Interested in Istanbul?
We'll send you updates with the latest deals, reviews and articles for Istanbul each week.
So, you've already dished out a fortune visiting the top destinations in your guidebook, and you've still got a couple of days to burn in Istanbul. Now what do you do? Instead of ambling aimlessly until flighttime, why don't you discover, dine or or just daydream at these Seven Spendthrift Sites.
Some six centuries ago, Constantine Emperors casted troublesome princes to rot on these nine islands. Nowadays this picturesque archipelago, with Buyukada as its largest island, spoils its visitors with a glimpse into late 19th century Ottoman lifestyle. The islands, just 13.5 miles west of Istanbul in the Sea of Marmara, can be reached by ferryboat in 90-minute for about $2 USD. You can island-hop or land for the day on Buyukada, where you can rent a donkey, bicycle or even hire a horsedrawn carriage, which seats 4 comfortably. It'll set you back about 15 bucks to travel the 8.5 miles around this Victorian wonder, which to this day bans the use of motor vehicles. As you clip clop along the route, make sure to visit the Monastery of Saint George or jump off this floating terra firma for a quick, refreshing dip.
Located smack across the historic square of Sultanahmet and its two majestic sanctuaries, the Mosque of Sultanahmet and Aya Sofia, the original Sultanahmet Kofteci is always busy but never have I had to wait for a table. For over 8 decades, it has been known for its fast and courteous service of kofte plates -- a nutty, spicy lamb meatball dish. Combined with crusty bread, hot pepper, a serving of Piyaz (white bean salad), and polished off with a to-die-for Irmik Helva (modestly sweet semolina, pine nuts, milk, and butter), you'll dine like a pasha or comcubine for less than $10 USD.
Sultanahmet Kofteci is located at 12 Divan Yolu, Sultanahmet - TEL:+90 212 5131438
For about 3 US quarters, you can span the Bosphorus Strait from Europe's Eminonu Port to Asia's Kadikoy Port, and for another 75 cents you can take an old-styled tramway to Moda or walk there shoreside along the recently completed quay. While this excursion is rarely covered by tour guides, a visit to this northwesternmost tip of Anatolia will not only make you a hit in front of an envious crowd around the office water cooler but you'll also be able to glimpse the scenic enclave of Topkapi and the famed Golden Horn while on location.
OK. It's hot, and you've crossed the great continental divide. Once in Moda, you've gotta to get a lick of arguably the best ice cream in Turkey at Ali Usta Dondurmaci. For $1, you get try one of his 30 plus flavors he has served come rain or shine in as many years. The chocolate is to die for and so is the visne (pronounced vishne, a creamy sour cherry flavor) or go for the his most famous Santa Maria.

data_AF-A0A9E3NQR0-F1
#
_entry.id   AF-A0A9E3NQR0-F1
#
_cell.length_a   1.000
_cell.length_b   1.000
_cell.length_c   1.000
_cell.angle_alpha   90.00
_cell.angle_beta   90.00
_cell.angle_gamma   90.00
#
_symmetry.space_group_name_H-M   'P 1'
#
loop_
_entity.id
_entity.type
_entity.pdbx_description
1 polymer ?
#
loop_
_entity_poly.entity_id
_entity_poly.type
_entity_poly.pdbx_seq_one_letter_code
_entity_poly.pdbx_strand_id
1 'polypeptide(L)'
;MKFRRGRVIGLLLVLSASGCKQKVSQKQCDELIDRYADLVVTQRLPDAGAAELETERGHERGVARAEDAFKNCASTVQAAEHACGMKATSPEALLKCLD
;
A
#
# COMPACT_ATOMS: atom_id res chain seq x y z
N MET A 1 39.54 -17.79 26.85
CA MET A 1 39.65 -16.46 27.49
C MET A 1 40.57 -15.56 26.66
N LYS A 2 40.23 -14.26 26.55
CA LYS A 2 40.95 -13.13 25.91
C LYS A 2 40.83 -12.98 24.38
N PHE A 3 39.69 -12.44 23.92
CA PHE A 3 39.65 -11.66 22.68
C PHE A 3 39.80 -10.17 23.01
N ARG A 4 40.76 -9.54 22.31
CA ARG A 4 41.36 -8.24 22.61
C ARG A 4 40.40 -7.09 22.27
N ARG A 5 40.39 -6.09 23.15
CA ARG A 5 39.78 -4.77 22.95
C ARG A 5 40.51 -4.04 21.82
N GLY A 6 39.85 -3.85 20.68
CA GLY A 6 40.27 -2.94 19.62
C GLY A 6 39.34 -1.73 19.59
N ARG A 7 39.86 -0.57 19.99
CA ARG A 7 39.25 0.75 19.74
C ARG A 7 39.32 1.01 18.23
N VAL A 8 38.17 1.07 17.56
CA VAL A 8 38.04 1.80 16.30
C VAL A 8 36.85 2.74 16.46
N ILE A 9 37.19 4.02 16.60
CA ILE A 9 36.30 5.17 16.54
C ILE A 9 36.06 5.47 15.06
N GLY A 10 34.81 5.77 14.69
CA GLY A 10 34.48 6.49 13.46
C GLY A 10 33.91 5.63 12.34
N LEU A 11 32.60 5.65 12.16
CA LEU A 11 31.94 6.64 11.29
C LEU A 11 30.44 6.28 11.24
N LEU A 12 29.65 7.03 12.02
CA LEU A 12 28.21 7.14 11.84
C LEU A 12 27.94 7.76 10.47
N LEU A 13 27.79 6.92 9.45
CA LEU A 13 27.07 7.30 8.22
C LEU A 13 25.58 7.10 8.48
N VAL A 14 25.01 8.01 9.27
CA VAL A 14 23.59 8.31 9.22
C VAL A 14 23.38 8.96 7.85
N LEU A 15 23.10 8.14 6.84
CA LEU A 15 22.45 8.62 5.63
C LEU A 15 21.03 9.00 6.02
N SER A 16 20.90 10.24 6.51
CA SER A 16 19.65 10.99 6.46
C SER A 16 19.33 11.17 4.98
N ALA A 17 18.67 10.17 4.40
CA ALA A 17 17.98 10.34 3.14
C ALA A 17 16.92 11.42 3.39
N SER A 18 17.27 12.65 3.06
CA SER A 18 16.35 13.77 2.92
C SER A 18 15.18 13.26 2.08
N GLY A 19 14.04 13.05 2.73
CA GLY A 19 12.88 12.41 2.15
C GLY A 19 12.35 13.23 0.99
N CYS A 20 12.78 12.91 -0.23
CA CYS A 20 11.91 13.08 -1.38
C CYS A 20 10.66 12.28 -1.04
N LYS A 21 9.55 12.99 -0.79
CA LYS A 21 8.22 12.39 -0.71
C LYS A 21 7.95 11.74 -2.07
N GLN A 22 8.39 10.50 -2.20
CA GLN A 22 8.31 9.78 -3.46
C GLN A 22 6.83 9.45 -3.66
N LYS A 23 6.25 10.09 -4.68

Ali Usta Dondurmaci is located at Moda Caddesi, 264; Kadikoy, Istanbul
Be inspired by the scenery and go home to write that best-selling novel. That's what Pierre Loti, a mid-19th century famed French novelist, did some 150 years. He is said to have conceived his literary masterpiece, Aziyade -- named after a local who stole his heart, while gazing down at the expansive views of two continents' shores and the estuary that seperates them. But finding your muse may be easier than finding Pierre Loti's coffeehouse. You can either ask your hotel's concierge for assistance or try to locate it yourself. If you choose the latter, go to the Eyup Mosque, climb up through Eyup Sultan Cemetery for about 20 minutes and you will arrive. Don't worry, follow the signage halfway up to guide you to your final destination -- and one of the best kept tourist secrets.
Pierre Loti Cafe is located in Eyup on Gumussuyu Cad., Balmumcu Sokak, and can be reached at Phone: +90 (212) 581 26 96
Before you enter, a Turkish lesson is de rigueur. Otherwise peddlers'll surely take your wallet for a ride. If you want to know the price of an item, ask in the native tongue "Shu ne kadar?" The reply will surely be foreign to you, but make sure to brush up on your Turkish numbers before you arrive. Why go to Misir? Simple. Coffee mugs for less than $2 USD, T-shirts for even less, and you can also buy the usual tourist fares: fabrics, jewelry and nacre-inlaid backgammon sets for a little bit more but still less than at the Grand Bazaar. Last tip: always bargain!!!
But, alas, life's not all about shopping. While there, check out the 350-year-old ceiling, the maze of alleys filled with haggling merchants, and you'll be transported back to the famed trade center of 17th-century Istanbul.
Misir Carsisi is easy to find: go to Eminonu, locate the Yeni Camii Mosque and the bazaar will begin on its right flank.
This "Maiden Tower" is over 2400 years old and, while it can be seen from any western point along the Bosphorus, its interior begs to be seen. A sunset viewed from this location will be the cherry-on-top of your trip to Istanbul. The boat trip there from most ports on either continent is a couple of bucks. Once there spend another couple more for the coffee and just sip as you enjoy Istanbul 360. Truly a must. But make sure not to miss the last boat back to the mainland. Otherwise you'll get stuck there, but probably for not as long as the legendary princess who was exiled there by her father until the day she died of a snake bite, fulfilling the prophesy that put her there in the first place.